The final chance to consolidate democracy through universal suffrage is at risk due to justices in the Supreme Court who have assumed supreme powers unto themselves, in order to benefit those politicians who unequivocally support their tenure, and are against overhauling or reforming the judiciary.

Mushfique Mohamed is a former Public Prosecutor and a member of MDP’s Electoral Complaints Committee. He has an LLB & a MScEcon in Post-colonial Politics from Aberystwyth University.

All comment pieces are the sole view of the author and do not reflect the editorial policy of Minivan News. If you would like to write an opinion piece, please send proposals to [email protected]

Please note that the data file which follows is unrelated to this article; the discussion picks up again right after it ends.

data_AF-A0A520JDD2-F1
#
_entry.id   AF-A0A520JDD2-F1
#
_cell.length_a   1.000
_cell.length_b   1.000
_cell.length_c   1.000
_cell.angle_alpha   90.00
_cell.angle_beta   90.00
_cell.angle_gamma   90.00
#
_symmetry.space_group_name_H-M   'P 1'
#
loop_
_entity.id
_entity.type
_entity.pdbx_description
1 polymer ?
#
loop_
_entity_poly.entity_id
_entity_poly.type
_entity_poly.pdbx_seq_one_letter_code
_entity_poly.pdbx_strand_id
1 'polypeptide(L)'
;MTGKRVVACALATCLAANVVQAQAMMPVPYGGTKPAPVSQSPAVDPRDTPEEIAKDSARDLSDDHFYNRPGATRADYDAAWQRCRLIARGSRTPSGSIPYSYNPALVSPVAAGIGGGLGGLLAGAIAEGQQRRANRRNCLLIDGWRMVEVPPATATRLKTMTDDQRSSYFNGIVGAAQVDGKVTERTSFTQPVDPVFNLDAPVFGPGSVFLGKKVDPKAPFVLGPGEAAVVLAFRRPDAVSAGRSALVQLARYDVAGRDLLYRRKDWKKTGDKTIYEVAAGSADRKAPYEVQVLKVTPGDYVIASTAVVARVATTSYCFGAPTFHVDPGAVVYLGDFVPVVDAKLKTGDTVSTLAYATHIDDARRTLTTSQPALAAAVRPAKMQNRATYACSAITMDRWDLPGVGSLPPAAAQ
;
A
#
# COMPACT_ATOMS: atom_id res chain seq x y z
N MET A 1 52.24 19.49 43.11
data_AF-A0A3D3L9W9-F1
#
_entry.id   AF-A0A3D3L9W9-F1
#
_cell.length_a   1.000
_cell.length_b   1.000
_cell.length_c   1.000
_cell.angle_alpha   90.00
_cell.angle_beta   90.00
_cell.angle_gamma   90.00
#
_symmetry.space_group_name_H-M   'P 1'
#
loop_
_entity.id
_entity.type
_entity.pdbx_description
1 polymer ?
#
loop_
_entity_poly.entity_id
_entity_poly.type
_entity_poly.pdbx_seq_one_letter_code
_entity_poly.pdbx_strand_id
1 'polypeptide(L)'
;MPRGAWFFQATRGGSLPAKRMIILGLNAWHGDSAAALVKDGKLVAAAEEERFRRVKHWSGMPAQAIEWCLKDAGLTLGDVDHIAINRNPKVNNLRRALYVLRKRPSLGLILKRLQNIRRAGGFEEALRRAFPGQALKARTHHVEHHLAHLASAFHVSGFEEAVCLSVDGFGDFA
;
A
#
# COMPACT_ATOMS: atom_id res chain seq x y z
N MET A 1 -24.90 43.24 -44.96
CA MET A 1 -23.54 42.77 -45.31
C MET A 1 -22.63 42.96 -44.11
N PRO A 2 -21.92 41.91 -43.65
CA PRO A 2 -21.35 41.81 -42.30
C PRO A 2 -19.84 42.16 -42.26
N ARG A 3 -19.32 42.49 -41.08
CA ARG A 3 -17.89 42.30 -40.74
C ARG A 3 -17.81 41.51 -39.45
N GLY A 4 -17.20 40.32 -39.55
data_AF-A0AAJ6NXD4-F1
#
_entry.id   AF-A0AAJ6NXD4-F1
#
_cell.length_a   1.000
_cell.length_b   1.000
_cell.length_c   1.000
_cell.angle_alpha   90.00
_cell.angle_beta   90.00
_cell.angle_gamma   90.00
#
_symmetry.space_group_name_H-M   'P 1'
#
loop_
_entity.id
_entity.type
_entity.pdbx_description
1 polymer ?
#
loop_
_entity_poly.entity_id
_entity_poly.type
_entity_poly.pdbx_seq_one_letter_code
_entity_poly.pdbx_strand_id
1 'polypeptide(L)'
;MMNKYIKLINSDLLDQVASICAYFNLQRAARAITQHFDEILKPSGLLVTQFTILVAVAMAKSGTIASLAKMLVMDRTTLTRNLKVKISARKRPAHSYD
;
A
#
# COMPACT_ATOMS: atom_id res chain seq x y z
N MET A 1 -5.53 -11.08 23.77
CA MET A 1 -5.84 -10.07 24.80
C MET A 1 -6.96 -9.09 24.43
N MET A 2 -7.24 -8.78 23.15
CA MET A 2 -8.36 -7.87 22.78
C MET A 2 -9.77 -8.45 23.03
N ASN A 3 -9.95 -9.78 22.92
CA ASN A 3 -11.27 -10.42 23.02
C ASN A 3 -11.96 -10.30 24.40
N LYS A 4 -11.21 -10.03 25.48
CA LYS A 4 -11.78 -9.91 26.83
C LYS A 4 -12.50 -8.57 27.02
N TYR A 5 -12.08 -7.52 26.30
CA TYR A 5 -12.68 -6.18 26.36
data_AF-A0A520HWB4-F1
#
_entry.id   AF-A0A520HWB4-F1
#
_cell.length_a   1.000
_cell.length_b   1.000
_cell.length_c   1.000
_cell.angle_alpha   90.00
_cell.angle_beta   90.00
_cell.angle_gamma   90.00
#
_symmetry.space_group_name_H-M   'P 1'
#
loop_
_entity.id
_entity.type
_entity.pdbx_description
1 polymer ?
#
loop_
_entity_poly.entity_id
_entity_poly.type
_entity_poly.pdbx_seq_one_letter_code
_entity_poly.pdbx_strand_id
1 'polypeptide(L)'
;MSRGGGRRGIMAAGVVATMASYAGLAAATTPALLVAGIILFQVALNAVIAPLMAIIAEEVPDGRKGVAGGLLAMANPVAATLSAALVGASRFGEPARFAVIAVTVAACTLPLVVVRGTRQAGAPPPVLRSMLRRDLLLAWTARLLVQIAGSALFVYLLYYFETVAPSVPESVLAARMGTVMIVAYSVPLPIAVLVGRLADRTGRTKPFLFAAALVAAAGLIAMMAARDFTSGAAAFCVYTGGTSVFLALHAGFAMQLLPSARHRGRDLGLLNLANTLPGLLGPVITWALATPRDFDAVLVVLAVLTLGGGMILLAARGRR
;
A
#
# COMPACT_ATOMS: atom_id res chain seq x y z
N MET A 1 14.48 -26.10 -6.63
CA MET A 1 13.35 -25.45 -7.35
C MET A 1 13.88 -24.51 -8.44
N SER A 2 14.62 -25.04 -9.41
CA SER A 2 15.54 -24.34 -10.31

PG assures Election Commission it will be protected

The Prosecutor General’s (PG) Office has today assured the Elections Commission (EC) that it will do all it can to ensure the constitution is upheld after receiving a complaint regarding the behaviour of the security forces.

The PG issued a statement acknowledging receiving the EC’s complaint that the security forces had ‘hijacked’ the EC the evening before the scheduled second round of the presidential election.

In a statement the PG’s office assured the EC that it would take any action necessary to carry out its responsibilities as stated in Article 233(j) and Act Number 9/2008 15(j) to uphold the constitution, laws and rights of the people.

On September 27 when police were surrounding the EC building, commission President Fuwad Thowfeek told Minivan News “We will not be able to hold elections without support from the police. The police will stop any election preparation activity.”